After last week’s column was published (“Hope’s Daughters”), I received a wonderful email from Shirley Kirkpatrick, the Lindcove writer. She was noting the serendipity between my piece and the great one written by Reggie Ellis called “Harvesting Hope” in last week’s issue. If you missed it, like I might have if Shirley hadn’t written, it’s worth digging that paper out of the recycling pile to read.

Harvesting Hope is a local non-profit started by a Tulare high school teacher, Michael Mendoza. It began as a challenge to his students to think about how they could help their local community, and what emerged was a project to address hunger. Were Hope’s two beautiful daughters, Anger and Courage, involved? I suspect they were at least whispering in the background.

But as you read on, following the story as it unfolds, we see one of Hope’s sisters, Faith, begin to play a role. Another Tulare teacher, Manuel Garcia, who with his wife Catalina owns five acres of grapes in Exeter called “God’s Vineyard,” became the land connection for the student labor pool. Purchased in faith, not expertise, the land had become a burden until the hopes of the students in Harvesting Hope appeared. 

As the dream of the hunger project grew, resources to make it happen appeared. Hope is a pretty powerful incentive to move people, but it’s her other sister, Love, that gets them to open their pocketbooks, dig out their extra irrigation parts, bring in the drilling rig to improve the well.  Even the liability insurance to cover the student workers was donated. I’m going to posit that it was also Love they delivered to the Visalia Emergency Aid Council: 240 lugs of grapes, which were given to more than 1,000 hungry families. 

What is the hope that was manifested in this way? It has many petals. The first one that occurs to me is that people need not starve. I think more of us than just the hungry live with the fear that, in fact, there isn’t enough to go around—not enough food, not enough shelter, not enough water, not enough clothing—even though our thrift stores are drowning in our fashion excesses and our landfills piled high with our kitchen waste and used building materials. In this project I think Hope’s ugly, wicked sister, her shadow Fear, has been overcome.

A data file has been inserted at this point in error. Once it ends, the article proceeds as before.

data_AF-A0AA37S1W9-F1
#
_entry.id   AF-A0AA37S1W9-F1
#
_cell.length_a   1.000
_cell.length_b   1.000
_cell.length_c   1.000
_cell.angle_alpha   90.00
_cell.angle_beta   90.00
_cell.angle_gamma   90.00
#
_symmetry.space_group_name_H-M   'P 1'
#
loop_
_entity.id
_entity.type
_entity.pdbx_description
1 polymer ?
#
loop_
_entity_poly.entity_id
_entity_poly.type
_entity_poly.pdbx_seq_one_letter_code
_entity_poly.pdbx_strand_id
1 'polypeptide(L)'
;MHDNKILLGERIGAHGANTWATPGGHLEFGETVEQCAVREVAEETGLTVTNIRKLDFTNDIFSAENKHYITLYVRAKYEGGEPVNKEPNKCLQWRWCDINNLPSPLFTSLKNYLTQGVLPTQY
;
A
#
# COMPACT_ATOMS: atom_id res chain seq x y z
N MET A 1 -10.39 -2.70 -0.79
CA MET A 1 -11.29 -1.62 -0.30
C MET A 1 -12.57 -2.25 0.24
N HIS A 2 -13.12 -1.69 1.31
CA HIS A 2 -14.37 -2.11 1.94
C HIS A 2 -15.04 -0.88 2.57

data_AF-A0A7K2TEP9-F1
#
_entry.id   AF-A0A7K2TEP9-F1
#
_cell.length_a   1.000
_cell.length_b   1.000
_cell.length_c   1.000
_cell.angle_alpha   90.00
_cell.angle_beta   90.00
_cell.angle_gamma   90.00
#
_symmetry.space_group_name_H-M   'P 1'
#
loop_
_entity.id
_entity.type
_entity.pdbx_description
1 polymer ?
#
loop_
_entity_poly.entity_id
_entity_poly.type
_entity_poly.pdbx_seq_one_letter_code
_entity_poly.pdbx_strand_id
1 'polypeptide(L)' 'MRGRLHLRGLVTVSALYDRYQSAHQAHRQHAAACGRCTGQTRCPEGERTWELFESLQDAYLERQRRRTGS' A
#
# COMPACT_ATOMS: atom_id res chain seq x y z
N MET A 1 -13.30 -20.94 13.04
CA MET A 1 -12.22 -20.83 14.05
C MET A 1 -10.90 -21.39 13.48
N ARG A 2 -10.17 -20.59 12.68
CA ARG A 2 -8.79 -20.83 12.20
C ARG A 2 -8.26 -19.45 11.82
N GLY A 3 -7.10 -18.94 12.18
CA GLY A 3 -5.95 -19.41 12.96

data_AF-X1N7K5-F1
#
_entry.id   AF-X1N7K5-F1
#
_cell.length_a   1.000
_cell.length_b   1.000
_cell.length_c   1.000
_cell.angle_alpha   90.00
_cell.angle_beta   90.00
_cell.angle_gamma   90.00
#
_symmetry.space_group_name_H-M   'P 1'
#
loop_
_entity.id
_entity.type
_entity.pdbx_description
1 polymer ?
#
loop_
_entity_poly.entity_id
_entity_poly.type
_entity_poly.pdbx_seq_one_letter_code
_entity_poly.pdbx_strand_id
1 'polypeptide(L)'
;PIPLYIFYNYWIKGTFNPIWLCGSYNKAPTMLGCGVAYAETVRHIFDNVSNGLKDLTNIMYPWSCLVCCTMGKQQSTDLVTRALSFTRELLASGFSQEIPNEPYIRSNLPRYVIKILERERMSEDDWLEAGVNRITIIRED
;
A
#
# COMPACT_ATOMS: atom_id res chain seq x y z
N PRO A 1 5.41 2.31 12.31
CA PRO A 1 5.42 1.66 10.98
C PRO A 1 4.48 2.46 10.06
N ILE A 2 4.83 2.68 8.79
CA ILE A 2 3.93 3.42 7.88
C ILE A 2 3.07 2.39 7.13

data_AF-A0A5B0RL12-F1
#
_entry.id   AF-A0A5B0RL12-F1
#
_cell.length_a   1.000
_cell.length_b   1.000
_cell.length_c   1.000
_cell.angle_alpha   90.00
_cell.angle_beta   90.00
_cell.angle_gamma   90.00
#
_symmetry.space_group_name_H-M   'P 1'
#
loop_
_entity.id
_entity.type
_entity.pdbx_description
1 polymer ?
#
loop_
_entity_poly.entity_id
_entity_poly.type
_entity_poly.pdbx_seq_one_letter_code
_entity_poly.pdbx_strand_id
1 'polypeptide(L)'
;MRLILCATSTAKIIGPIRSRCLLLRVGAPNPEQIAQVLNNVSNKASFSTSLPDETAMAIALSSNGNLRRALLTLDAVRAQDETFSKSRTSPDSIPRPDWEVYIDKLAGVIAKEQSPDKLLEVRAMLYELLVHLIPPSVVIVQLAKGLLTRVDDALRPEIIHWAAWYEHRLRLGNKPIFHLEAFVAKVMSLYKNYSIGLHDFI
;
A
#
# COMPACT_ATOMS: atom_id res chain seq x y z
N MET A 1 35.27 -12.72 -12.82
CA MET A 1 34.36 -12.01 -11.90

Another petal is the flip side: that the beautiful food produced by our land, especially the perishable fruits and vegetables, need not go to waste because the fruit is imperfect, the market is bad, and our distribution system is jammed by the economic powers of vertical integration. There is hope for the small landowner/operator, the non-agribusinessman, the fruits of his or her labors also being put to use. The fear that there is no place for these people in the world anymore has also been dented at least, if not defeated.

A third petal is simple agency. There is something every single one of us can do about hunger. We are not helpless. Learning that in itself is a gift of love.

And in carrying out each leg of this project, from recruiting students to give their labor, farmers to give their fruit, volunteers to give their time with the emergency aid efforts, contributors to give their resources, we open up the possibility of learning more about the problem of hunger itself. With that knowledge we give Hope’s daughters, Anger and Courage, another chance to go to work.

There is nothing simple about the road ahead. People need not starve, but our entire food system is built upon the fear that they do. We all live with the fear of being judged as disposable by some other, more powerful segment of the economy and left to starve. We all live with the hope that won’t happen to us, and some of us live with the very real fear that it could. Hope’s sisters, Faith and Love, are all there is to counter her wicked shadow.

Trudy Wischemann is  a sometimes barely hopeful rural advocate who writes. You can send her your faithful thoughts c/o P.O. Box 1374, Lindsay CA 93247 or visit and leave a comment there.

This column is not a news article but the opinion of the writer and does not reflect the views of The Sun-Gazette newspaper.

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